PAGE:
The Brancatelli File



November 3, 2005 -- I cannot say that the latest Transportation Department Air Travel Consumer Report landed with a thump on my desk today. After all, the 45-page collection of statistics on flight delays, "mishandled" bags and other airline malfeasance now comes via E-mail and PDF files don't make noise.

But I can say this: Life on the road in September was a little bit better. As an industry, the 20 carriers in the report registered an 82.7 percent on-time rating. That's historically decent, nicely above the 12-month average of 77.3 percent--and a lot better than August's 75.2 percent rating and July's dreary 70.9 percent mark.

Of course, 82.7 percent across the industry doesn't say all that much. The devil--and there is always a devil when we're talking about airlines--is in the details. Allow me to summarize and regurgitate.

In the first full month of its mechanics strike, Northwest Airlines crashed to the floor of the ratings. Dead last. It finished 20th out of 20 carriers. Worse even than traditional laggards like American Eagle, Atlantic Southeast, ExpressJet and the other commuter airlines. It's 74.8 percent rating in September was almost five points worse than its nearest Big Six competitor (Continental Airlines) and about 12 points worse than September's best of the Big Six (US Airways). In comparison, Northwest finished in the middle of the pack in July, the last full month before the strike. Worse, Northwest's 20th place finish in September contrasts with its 2nd place position in the 18-year average of the DOT report. Worst of all: 1.2 percent of Northwest's flights arrived late 70 percent of the time in September. That was four times the industry average. Of course, Northwest has continually insisted that it has been running a "normal" operation during the strike.

Three airlines that have been struggling with on-time performance during the last year had revealing numbers in September. AirTran got it's on-time rating up to a slightly-better-than-industry-average 83.1 percent, good for 12th among the 20 carriers. That's up smartly from July's dead-last 60 percent rating and August's next-to-last 64 percent mark. JetBlue did better. It turned in an 83.8 percent rating--good for a Number 10 rating--in September. That's a steady improvement from July's 61.5 percent performance and August's 73.8 percent mark. On the other hand, Alaska Airlines continues to struggle. Although its 78.5 percent mark in September was better, it was only good enough for 18th among the 20 carriers. That's exactly where it was during the entire third quarter of this year and just a smidgen better than its 19th place ranking for the last 12 months.

Would it shock you to know that Newark was the nation's worst major airport during the month of September? Almost 30 percent of flights headed there ran late in September. Its dreary 71.1 percent rating was worse than the other two major New York-area airports (LaGuardia at 77 percent and Kennedy at 80.5 percent), worse than Boston (74 percent), Houston/Intercontinental (78.1 percent) and San Francisco (78.5).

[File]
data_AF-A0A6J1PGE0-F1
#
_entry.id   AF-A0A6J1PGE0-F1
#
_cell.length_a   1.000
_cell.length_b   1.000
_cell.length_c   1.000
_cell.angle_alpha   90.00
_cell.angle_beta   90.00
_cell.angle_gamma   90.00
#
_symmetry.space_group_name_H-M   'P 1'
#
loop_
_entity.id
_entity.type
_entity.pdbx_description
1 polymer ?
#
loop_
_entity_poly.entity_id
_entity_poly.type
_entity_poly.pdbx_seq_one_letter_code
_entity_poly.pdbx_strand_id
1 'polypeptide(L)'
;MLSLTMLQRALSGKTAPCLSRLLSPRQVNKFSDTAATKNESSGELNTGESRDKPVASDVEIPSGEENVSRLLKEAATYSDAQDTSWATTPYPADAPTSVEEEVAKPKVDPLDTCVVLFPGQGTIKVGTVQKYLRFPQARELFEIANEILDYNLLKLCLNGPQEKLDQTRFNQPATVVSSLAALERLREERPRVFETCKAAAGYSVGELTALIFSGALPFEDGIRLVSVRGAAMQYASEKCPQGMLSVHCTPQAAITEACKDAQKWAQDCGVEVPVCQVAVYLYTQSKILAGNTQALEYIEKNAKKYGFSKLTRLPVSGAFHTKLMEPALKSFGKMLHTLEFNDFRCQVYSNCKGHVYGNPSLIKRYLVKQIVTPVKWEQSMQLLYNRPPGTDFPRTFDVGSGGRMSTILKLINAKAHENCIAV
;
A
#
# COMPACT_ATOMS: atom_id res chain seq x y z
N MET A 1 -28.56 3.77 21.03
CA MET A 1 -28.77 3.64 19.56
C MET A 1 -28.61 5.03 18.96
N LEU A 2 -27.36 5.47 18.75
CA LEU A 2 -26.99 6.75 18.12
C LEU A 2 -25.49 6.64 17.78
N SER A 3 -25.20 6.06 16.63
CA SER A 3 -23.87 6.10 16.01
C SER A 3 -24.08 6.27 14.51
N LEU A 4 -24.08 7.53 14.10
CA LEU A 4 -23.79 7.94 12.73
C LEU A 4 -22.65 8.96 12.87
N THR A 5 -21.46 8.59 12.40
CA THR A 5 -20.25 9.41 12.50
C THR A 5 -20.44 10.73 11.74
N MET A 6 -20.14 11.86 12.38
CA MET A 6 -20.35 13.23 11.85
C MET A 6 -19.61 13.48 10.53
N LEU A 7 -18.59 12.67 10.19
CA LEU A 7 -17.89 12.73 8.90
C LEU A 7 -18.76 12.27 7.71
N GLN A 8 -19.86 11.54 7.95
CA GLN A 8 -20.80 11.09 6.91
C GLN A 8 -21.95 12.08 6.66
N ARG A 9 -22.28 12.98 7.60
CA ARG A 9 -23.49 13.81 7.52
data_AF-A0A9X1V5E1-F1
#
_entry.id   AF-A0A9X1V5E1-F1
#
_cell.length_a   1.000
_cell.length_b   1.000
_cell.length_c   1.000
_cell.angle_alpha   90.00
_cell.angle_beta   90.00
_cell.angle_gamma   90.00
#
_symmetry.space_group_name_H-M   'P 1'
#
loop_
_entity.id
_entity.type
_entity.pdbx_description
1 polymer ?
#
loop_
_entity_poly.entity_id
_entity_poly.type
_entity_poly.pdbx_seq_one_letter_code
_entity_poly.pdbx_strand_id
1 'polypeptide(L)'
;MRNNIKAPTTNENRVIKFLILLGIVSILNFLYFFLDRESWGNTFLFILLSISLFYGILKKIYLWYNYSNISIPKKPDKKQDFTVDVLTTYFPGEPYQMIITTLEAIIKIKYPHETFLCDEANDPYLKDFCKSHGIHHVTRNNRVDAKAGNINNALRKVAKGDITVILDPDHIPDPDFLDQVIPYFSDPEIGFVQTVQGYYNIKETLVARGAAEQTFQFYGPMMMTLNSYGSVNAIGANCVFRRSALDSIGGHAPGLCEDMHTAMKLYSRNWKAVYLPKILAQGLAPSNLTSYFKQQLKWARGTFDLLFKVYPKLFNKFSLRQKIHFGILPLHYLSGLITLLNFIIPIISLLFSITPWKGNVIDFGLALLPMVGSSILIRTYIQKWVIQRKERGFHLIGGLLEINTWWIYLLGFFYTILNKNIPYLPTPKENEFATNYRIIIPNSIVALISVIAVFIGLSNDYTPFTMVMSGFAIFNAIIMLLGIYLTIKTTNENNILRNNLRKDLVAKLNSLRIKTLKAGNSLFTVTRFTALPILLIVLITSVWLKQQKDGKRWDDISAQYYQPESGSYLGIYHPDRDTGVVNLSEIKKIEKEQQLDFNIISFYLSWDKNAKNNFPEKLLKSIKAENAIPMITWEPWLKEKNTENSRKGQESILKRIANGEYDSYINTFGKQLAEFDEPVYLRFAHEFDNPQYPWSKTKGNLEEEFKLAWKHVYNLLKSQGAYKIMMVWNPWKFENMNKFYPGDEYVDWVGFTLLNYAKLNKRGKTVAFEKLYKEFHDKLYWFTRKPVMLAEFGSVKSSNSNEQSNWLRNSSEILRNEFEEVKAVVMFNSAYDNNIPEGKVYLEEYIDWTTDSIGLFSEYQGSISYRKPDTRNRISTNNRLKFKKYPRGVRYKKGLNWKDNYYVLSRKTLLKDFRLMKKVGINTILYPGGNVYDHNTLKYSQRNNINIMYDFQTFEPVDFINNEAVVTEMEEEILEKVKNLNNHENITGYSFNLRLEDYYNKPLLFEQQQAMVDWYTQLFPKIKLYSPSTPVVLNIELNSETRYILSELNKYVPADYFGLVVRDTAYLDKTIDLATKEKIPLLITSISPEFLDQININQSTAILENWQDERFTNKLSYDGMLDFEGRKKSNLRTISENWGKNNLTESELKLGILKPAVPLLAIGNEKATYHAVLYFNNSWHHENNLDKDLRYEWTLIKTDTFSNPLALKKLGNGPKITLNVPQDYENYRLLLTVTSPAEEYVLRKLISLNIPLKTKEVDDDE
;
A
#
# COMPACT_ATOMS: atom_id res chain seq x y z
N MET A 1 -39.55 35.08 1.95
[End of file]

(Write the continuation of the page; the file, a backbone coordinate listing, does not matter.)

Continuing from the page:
At least for one month, Fort Lauderdale wasn't the nation's aeronautic laughingstock. The airport's on-time rating had dipped as low as 55 percent this year and 30 percent of flights headed there were routinely arriving late. But the airport posted an 84.5 percent on-time arrival rate in September. Meanwhile, two traditionally troubled major airports, Atlanta and Chicago/O'Hare, had decent months, too. Atlanta racked up an 82.3 percent on-time rating and O'Hare, which is operating with voluntary capacity reductions, clocked an 81 percent performance.

Northwest Airlines Flight 1477 ran late every time it operated in September. But Northwest deserves a break here: Flight 1477 operates between Detroit and New Orleans and service to The Big Easy was anything but easy in the first month after Hurricane Katrina. On the other hand, Southwest has to answer for the fact that it had the next three worst flights in September. All of them operated into or out of Las Vegas. Southwest Flight 121 (Orlando-Las Vegas) was late 94 percent of the time in September and the average delay was 26 minutes. Southwest Flight 3404 (Las Vegas-Oakland) was just as bad: late 94 percent of the time with an average delay of 36 minutes. And Southwest Flight 866 (Los Angeles-Las Vegas) was the worst of all: It was late 93 percent of the time and the average delay was 55 minutes. Continental also had a very notable flight from hell: Flight 1190 from Newark to Boston was late 90 percent of the time in September and the average delay was one hour and 7 minutes.

Finally, we come to a slam-dunk conclusion of September's Air Travel Consumer Report: Never, ever check your bag on a commuter airline. The four carriers that "mishandled" the most luggage in September were all commuters. While the 20-carrier industry average of 4.49 mishandled baggage reports per 1,000 passengers was bad enough, the Gang of Four was truly dreadful. Atlantic Southeast had 12.47 reports per 1,000. American Eagle had 8.58 reports, followed by Comair (8.02) and Skywest (6.53). The only other commuter in the survey (ExpressJet) also exceeded the industry average with 5.04 reports of mishandled bags per 1,000 passengers.

Copyright © 1993-2005 by Joe Brancatelli. All rights reserved.